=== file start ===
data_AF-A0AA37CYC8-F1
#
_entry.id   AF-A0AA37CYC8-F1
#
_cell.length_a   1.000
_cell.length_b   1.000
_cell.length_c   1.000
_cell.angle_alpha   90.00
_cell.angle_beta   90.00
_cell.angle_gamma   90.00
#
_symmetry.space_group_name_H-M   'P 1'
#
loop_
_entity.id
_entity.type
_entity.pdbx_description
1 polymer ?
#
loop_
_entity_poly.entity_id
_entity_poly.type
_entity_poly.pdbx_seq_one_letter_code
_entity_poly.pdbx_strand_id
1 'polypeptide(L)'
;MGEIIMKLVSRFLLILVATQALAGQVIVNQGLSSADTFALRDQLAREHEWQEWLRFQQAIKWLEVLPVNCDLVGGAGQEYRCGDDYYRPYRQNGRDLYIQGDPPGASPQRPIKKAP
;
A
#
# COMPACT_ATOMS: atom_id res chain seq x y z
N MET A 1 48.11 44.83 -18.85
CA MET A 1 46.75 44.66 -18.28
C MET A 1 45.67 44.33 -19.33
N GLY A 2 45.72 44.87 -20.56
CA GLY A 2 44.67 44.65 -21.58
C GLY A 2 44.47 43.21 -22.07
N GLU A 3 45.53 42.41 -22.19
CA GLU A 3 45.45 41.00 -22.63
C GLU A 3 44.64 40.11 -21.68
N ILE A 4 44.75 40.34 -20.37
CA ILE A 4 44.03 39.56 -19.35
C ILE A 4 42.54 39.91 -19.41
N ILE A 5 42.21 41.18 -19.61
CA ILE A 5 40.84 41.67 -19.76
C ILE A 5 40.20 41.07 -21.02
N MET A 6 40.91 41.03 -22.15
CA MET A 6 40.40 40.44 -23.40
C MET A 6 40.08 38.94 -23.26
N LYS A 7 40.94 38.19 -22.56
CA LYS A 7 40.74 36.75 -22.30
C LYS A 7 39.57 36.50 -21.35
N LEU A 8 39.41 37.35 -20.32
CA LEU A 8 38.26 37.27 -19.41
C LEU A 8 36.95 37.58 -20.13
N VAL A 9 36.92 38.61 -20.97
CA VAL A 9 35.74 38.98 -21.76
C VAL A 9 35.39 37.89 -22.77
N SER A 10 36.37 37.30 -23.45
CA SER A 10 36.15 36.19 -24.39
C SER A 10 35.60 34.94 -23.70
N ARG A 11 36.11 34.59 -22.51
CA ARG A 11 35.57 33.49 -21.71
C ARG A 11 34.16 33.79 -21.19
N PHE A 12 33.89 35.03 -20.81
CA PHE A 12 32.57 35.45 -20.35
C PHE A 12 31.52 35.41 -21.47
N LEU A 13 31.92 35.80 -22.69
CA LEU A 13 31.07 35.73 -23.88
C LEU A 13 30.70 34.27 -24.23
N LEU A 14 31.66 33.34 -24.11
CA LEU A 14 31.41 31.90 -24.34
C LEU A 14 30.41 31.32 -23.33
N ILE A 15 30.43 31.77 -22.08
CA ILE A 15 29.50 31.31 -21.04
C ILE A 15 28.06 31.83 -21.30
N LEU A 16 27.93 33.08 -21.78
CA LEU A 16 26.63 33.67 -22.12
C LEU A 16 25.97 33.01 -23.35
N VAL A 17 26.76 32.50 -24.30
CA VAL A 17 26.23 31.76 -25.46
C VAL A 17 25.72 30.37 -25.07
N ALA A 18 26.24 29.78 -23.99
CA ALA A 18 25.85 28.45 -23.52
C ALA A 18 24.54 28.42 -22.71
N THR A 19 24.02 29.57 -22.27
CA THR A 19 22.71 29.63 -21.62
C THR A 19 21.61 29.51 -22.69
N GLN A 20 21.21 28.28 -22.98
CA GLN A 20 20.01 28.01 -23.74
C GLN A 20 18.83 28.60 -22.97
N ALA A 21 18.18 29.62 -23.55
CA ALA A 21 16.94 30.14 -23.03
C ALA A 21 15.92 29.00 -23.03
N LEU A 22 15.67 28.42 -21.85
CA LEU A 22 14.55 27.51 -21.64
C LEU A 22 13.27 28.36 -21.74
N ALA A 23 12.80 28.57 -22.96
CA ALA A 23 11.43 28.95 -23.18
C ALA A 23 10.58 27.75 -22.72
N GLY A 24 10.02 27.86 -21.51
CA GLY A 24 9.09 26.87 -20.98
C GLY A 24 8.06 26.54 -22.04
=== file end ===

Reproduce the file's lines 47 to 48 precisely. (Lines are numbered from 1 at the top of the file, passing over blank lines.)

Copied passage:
CA MET A 6 40.40 40.44 -23.40
C MET A 6 40.08 38.94 -23.26